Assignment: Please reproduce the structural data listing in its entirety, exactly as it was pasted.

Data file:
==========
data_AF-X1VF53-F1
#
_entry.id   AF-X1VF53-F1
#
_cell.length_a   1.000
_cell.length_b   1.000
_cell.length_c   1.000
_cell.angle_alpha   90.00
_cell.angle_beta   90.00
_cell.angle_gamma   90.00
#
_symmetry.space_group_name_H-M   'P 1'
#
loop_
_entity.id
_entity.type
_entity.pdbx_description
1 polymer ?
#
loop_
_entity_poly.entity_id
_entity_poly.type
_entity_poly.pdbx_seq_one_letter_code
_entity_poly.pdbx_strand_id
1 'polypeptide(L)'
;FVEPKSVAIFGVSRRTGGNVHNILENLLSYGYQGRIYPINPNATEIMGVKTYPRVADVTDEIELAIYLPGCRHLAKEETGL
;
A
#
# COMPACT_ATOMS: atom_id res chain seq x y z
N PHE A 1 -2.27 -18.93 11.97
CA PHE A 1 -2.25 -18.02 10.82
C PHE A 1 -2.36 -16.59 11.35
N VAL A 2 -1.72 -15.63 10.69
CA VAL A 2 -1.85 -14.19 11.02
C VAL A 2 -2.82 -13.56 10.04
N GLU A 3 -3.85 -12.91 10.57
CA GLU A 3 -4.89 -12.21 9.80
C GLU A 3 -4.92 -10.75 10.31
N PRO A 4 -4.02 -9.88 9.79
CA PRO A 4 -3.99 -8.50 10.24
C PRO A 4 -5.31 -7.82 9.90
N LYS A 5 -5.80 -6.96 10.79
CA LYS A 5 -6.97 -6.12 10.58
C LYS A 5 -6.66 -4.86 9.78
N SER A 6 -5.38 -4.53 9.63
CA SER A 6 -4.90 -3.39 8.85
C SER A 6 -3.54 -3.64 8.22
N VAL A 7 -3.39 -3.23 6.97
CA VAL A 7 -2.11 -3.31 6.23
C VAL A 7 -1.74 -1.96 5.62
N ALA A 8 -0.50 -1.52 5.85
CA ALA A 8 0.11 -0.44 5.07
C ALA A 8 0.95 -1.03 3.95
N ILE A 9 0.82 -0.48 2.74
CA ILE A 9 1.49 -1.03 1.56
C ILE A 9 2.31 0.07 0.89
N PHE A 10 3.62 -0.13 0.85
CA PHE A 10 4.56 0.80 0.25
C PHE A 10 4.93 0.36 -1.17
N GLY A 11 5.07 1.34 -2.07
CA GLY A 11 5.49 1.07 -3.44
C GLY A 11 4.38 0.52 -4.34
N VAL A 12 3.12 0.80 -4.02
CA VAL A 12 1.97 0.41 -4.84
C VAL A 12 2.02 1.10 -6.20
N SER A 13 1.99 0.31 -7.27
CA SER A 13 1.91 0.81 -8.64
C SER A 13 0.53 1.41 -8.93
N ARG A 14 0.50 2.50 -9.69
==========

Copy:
data_AF-X1VF53-F1
#
_entry.id   AF-X1VF53-F1
#
_cell.length_a   1.000
_cell.length_b   1.000
_cell.length_c   1.000
_cell.angle_alpha   90.00
_cell.angle_beta   90.00
_cell.angle_gamma   90.00
#
_symmetry.space_group_name_H-M   'P 1'
#
loop_
_entity.id
_entity.type
_entity.pdbx_description
1 polymer ?
#
loop_
_entity_poly.entity_id
_entity_poly.type
_entity_poly.pdbx_seq_one_letter_code
_entity_poly.pdbx_strand_id
1 'polypeptide(L)'
;FVEPKSVAIFGVSRRTGGNVHNILENLLSYGYQGRIYPINPNATEIMGVKTYPRVADVTDEIELAIYLPGCRHLAKEETGL
;
A
#
# COMPACT_ATOMS: atom_id res chain seq x y z
N PHE A 1 -2.27 -18.93 11.97
CA PHE A 1 -2.25 -18.02 10.82
C PHE A 1 -2.36 -16.59 11.35
N VAL A 2 -1.72 -15.63 10.69
CA VAL A 2 -1.85 -14.19 11.02
C VAL A 2 -2.82 -13.56 10.04
N GLU A 3 -3.85 -12.91 10.57
CA GLU A 3 -4.89 -12.21 9.80
C GLU A 3 -4.92 -10.75 10.31
N PRO A 4 -4.02 -9.88 9.79
CA PRO A 4 -3.99 -8.50 10.24
C PRO A 4 -5.31 -7.82 9.90
N LYS A 5 -5.80 -6.96 10.79
CA LYS A 5 -6.97 -6.12 10.58
C LYS A 5 -6.66 -4.86 9.78
N SER A 6 -5.38 -4.53 9.63
CA SER A 6 -4.90 -3.39 8.85
C SER A 6 -3.54 -3.64 8.22
N VAL A 7 -3.39 -3.23 6.97
CA VAL A 7 -2.11 -3.31 6.23
C VAL A 7 -1.74 -1.96 5.62
N ALA A 8 -0.50 -1.52 5.85
CA ALA A 8 0.11 -0.44 5.07
C ALA A 8 0.95 -1.03 3.95
N ILE A 9 0.82 -0.48 2.74
CA ILE A 9 1.49 -1.03 1.56
C ILE A 9 2.31 0.07 0.89
N PHE A 10 3.62 -0.13 0.85
CA PHE A 10 4.56 0.80 0.25
C PHE A 10 4.93 0.36 -1.17
N GLY A 11 5.07 1.34 -2.07
CA GLY A 11 5.49 1.07 -3.44
C GLY A 11 4.38 0.52 -4.34
N VAL A 12 3.12 0.80 -4.02
CA VAL A 12 1.97 0.41 -4.84
C VAL A 12 2.02 1.10 -6.20
N SER A 13 1.99 0.31 -7.27
CA SER A 13 1.91 0.81 -8.64
C SER A 13 0.53 1.41 -8.93
N ARG A 14 0.50 2.50 -9.69